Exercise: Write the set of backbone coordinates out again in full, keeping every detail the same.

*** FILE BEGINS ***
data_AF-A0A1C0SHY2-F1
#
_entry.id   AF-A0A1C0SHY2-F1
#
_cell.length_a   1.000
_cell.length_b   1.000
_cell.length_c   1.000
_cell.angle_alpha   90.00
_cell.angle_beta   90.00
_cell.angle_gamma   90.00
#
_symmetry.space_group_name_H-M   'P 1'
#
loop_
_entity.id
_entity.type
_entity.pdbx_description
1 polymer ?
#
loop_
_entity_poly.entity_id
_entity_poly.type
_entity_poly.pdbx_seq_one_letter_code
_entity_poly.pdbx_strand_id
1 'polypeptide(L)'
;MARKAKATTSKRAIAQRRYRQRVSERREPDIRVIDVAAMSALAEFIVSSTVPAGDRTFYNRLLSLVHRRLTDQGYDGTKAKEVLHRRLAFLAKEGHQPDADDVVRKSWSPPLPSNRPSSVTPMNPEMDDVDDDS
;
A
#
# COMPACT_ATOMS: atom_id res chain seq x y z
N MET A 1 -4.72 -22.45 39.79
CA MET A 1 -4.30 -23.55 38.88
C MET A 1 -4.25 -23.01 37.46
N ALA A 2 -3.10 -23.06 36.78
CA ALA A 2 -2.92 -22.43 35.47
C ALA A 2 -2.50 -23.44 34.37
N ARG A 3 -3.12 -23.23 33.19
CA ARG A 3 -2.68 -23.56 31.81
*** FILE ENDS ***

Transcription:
data_AF-A0A1C0SHY2-F1
#
_entry.id   AF-A0A1C0SHY2-F1
#
_cell.length_a   1.000
_cell.length_b   1.000
_cell.length_c   1.000
_cell.angle_alpha   90.00
_cell.angle_beta   90.00
_cell.angle_gamma   90.00
#
_symmetry.space_group_name_H-M   'P 1'
#
loop_
_entity.id
_entity.type
_entity.pdbx_description
1 polymer ?
#
loop_
_entity_poly.entity_id
_entity_poly.type
_entity_poly.pdbx_seq_one_letter_code
_entity_poly.pdbx_strand_id
1 'polypeptide(L)'
;MARKAKATTSKRAIAQRRYRQRVSERREPDIRVIDVAAMSALAEFIVSSTVPAGDRTFYNRLLSLVHRRLTDQGYDGTKAKEVLHRRLAFLAKEGHQPDADDVVRKSWSPPLPSNRPSSVTPMNPEMDDVDDDS
;
A
#
# COMPACT_ATOMS: atom_id res chain seq x y z
N MET A 1 -4.72 -22.45 39.79
CA MET A 1 -4.30 -23.55 38.88
C MET A 1 -4.25 -23.01 37.46
N ALA A 2 -3.10 -23.06 36.78
CA ALA A 2 -2.92 -22.43 35.47
C ALA A 2 -2.50 -23.44 34.37
N ARG A 3 -3.12 -23.23 33.19
CA ARG A 3 -2.68 -23.56 31.81